By Linda Newman
I could sit here and tell you about the fantastic experiences my fellow intern Fraser and I have had since we arrived in St. Louis and started working for Monsanto courtesy of the Saltire Foundation. I could tell you about the incredible research facilities at Monsanto. I could tell you about farms we’ve visited. I could tell you about the entertaining weekend we had traveling to Iowa with two of our colleagues or the trip I took to Chicago. But I’m not going to do that.
Instead, for my final blog of the summer and this incredible internship, I’m going to tell you about something that may seem insignificant in comparison but to me is so much more important.
Although every Saltire Scholar was lucky to get their internships wherever they are and whatever they are doing, I feel especially fortunate to have gotten mine. I am physics major back at Edinburgh University, which may not at first seem entirely relatable to the marketing and communications position I’ve been in this summer. So I feel extra privileged that my Monsanto interviewers thought I would be able to perform in this role.
I find my degree interesting, exciting and impossibly challenging at times. But throughout my last three years at university I’ve realized that being a “physicist” isn’t what I want to do with my life. What I want to do is take my love of science and my love of public speaking (I am president of the Edinburgh University Debates Society) and combine these two skills in whatever job I do. I want to make science more accessible and interesting for the general public. I want be part of helping people understand why science is important, and how through science and technology we can change the way we live so we can work towards living in a sustainable way.
Before I started this internship, when someone asked me what I wanted to do with my life, I would mumble something about “science and communication.” But from all the people I’ve met in the last eight weeks at Monsanto, I’ve gained an insight into what jobs actually exist in the field. And they are more varied, exciting and interesting than I realized. Even within the company there are so many “science communication” jobs, as well as all the other jobs out there!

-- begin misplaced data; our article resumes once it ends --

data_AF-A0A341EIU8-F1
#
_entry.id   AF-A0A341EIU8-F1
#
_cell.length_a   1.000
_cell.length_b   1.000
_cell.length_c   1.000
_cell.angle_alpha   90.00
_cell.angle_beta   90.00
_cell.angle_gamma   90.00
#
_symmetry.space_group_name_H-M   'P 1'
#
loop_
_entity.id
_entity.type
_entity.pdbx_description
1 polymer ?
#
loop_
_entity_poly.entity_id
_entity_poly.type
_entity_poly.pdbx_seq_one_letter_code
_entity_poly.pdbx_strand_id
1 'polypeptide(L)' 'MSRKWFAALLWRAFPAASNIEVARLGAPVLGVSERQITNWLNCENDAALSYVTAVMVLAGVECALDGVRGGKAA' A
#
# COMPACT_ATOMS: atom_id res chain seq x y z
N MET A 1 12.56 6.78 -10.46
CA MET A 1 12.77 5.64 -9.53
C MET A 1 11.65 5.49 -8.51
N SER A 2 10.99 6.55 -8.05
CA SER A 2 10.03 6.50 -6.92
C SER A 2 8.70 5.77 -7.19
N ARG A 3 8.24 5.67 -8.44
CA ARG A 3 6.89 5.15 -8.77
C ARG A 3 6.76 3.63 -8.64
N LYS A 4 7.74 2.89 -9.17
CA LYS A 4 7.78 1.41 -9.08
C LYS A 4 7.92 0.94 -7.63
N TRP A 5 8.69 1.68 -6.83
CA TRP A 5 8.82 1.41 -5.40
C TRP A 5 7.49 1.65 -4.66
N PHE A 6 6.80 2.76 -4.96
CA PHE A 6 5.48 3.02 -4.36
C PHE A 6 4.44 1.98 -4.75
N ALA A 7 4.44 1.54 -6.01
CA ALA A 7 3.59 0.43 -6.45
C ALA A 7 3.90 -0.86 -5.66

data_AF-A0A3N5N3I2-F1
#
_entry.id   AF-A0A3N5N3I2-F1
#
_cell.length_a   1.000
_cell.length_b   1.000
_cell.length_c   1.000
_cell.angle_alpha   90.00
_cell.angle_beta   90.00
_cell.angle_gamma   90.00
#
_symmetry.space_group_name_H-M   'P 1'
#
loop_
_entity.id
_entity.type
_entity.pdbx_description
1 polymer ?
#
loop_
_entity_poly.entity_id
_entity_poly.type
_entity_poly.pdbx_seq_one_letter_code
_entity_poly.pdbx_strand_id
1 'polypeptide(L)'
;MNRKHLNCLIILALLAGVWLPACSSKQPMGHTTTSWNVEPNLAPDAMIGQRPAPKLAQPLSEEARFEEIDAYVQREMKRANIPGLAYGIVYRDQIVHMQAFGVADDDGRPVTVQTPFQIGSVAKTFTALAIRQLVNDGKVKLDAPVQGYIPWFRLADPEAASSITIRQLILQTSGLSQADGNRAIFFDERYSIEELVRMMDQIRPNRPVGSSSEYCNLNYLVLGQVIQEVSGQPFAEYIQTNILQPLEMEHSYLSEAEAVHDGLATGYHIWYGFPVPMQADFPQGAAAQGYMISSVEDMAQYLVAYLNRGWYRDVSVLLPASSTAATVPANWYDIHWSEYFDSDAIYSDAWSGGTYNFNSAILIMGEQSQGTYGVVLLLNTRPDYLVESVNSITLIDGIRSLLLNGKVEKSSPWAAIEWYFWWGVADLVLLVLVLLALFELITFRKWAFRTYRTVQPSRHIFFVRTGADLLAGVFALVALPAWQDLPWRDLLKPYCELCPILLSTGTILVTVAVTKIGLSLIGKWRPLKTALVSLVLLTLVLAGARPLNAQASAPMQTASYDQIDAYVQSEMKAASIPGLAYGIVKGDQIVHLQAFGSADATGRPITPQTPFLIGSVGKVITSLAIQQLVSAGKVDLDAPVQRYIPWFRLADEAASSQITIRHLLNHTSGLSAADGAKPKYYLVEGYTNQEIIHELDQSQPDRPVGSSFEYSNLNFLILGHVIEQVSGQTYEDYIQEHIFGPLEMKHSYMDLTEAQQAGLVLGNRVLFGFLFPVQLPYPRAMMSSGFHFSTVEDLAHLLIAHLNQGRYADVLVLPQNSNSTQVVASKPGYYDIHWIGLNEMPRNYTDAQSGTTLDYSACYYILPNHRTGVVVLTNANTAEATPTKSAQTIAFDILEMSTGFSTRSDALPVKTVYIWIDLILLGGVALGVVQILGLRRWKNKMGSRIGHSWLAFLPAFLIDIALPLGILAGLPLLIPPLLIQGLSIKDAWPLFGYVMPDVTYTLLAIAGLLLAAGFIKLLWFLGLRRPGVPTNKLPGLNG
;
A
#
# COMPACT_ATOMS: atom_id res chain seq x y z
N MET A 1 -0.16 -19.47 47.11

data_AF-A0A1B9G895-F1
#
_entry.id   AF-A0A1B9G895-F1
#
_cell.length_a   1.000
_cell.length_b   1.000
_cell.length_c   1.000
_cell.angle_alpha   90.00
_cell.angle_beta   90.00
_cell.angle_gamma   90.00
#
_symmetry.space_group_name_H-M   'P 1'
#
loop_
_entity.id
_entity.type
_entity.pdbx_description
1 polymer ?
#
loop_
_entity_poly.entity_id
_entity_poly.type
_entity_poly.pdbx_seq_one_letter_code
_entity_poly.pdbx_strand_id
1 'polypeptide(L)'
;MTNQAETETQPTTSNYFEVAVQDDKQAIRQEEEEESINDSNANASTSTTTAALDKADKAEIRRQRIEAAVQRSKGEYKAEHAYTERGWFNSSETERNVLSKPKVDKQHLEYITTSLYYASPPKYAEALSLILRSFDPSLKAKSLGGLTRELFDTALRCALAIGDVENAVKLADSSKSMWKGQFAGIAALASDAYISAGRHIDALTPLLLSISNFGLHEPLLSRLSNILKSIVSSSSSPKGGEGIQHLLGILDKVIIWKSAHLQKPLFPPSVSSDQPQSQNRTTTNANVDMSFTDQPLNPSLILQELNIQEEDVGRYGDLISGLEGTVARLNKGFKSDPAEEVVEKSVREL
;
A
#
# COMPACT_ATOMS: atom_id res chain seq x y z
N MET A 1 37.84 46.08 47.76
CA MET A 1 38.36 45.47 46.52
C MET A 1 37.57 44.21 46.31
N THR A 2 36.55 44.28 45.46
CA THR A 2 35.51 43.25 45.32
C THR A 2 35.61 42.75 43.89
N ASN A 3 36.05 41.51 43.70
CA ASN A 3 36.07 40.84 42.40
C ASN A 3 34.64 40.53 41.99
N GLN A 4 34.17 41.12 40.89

This internship has made me see what opportunities I have – and I am so excited. I mentioned the people I’ve met having fantastic, exciting jobs; for the last eight weeks, I’ve been one of them. Monsanto tailored our internships so we are doing jobs relating to what we want to do in our careers. Throughout my time here, I’ve been working on science communications projects. And I’ve loved it. It’s challenging to figure out a way to make science interesting and accessible, but it is a challenge I have immensely enjoyed and one I want to continue to work one once I leave university.
So, thank you Saltire and Monsanto, for not only giving me the opportunity to go to an amazing country and have awesome experiences, but also for making me realize that my “dream job” does exist and giving me a chance to try it this summer. And thank you for giving me the confidence to know that this is the field I want to work in, and that if I put my mind to it, I can be pretty great at it!
Linda has been interning with Monsanto this summer through a program hosted by the Saltire Foundation.